Withholding Union Dues From Union Member Paycheck is Not a Violation of First Amendment Rights
On January 6, 2023, the United States Court of Appeals for the Seventh Circuit (Court) issued its decision in Adriana Ramon Baro v. Lake County Federation of Teachers Local 504 (Ramon Baro), holding that withholding of union dues to which a union member has voluntarily consented is not a violation of First Amendment rights.
Petitioner signed a contract for union membership at orientation to her teaching position. Several days later when she learned that union membership was not mandatory, she sent letters to the school district (District) and the union, trying to revoke her membership. The union informed her she would need to wait until the following August – the published membership revocation time – to revoke her membership. Union dues were withdrawn from her paychecks. Petitioner filed this lawsuit. The union then sent Petitioner a letter confirming that she was no longer a union member and reimbursing all paid dues plus legal fees with a check. The District halted withdrawing her dues the same day. Petitioner returned the check and continued pursuing legal action. The United States District Court for the Northern District of Illinois granted Defendants’ motion to dismiss for failure to state a claim. Petitioner appealed.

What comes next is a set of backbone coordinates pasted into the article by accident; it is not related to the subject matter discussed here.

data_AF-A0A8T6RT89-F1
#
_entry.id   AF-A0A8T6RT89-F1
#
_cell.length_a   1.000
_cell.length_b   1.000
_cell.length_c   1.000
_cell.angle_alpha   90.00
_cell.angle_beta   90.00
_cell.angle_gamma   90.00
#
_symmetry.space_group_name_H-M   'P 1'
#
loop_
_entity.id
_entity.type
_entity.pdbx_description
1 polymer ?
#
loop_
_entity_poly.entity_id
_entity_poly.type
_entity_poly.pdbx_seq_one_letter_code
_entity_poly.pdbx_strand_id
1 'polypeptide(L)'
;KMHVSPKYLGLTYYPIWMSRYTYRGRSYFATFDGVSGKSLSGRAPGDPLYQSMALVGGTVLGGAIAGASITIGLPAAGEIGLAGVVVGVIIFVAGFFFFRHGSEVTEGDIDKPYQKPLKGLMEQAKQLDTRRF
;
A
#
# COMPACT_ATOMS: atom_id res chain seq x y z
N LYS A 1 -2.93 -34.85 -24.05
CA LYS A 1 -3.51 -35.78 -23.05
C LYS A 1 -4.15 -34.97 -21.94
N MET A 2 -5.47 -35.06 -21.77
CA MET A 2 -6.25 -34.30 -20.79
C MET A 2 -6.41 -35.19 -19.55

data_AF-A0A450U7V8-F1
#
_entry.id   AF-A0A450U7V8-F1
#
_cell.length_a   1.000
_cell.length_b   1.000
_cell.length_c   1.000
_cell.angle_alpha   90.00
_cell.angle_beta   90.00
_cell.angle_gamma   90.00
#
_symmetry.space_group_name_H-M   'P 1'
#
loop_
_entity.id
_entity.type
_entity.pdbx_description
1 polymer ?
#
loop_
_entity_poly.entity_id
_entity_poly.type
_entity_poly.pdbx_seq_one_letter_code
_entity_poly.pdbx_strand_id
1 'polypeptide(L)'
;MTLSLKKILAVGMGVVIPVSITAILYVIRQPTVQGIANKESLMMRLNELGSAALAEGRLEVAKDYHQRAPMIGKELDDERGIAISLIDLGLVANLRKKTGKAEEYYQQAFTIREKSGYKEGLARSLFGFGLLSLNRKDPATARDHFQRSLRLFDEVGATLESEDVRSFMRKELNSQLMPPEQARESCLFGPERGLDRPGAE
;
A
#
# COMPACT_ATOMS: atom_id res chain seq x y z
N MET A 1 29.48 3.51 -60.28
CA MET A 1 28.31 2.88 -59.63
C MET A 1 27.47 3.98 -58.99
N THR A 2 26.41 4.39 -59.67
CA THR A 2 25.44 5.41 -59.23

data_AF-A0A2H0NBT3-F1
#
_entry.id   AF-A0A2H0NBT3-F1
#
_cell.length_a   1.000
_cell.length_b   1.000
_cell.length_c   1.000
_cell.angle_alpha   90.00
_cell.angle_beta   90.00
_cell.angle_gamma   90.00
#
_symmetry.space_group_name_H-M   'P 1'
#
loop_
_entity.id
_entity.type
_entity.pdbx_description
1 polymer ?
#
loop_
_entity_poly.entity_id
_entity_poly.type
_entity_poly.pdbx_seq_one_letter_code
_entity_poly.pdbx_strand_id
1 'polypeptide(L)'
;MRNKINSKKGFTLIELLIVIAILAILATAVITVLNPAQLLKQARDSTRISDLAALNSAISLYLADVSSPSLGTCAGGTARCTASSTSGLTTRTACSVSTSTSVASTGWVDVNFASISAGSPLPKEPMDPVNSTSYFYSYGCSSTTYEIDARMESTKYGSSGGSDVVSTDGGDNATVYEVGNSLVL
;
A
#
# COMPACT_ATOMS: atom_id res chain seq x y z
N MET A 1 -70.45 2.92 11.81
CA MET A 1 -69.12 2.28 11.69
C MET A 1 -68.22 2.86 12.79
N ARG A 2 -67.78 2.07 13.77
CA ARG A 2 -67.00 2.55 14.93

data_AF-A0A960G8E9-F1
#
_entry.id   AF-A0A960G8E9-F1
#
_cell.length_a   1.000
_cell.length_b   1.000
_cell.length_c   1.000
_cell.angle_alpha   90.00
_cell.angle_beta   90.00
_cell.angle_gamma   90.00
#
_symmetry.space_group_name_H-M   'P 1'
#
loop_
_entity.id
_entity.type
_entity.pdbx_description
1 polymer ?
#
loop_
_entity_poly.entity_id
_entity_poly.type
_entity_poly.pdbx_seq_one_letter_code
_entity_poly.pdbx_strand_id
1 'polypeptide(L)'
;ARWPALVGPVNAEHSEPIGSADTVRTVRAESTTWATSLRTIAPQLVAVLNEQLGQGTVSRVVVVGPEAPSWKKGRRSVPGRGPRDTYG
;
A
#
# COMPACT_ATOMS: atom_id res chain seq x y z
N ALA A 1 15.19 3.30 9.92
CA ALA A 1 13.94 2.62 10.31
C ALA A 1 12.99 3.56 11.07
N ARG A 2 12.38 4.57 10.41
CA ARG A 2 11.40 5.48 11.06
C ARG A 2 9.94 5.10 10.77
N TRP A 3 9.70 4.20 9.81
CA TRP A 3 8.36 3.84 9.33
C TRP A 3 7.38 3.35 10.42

The Court’s decision builds on the 2018 Mark Janus v. American Federation of State, County and Municipal Employees, Council 31, et al., 535 (Janus, case in which the United States Supreme Court found that “fair share fees” paid by nonunion members to unions are unconstitutional.
The Court found that Janus does not apply to union members who voluntarily signed union membership contracts. “…[Petitioner] voluntarily signed a valid contract, became a union member, and accepted the terms and conditions of union membership. Accordingly… Janus – a case about the First Amendment rights of employees who choose not to join unions – does not apply to [Petitioner].”
Additionally, the Court found that ordinary contract principles apply when interpreting union membership contracts. “Illinois follows the objective theory of intent, whereby the court looks first to the written agreement and not to the parties’ subjective understandings.” The Court found that the objective intent of the parties was clear from the face of the membership agreement. Petitioner’s belief that the contract was mandatory is irrelevant.
The Court concluded by stating that “[T]he First Amendment protects our right to speak. It does not create an independent right to void obligations when we are unhappy with what we have said.”
Mary H. Bandstra, IASB Law Clerk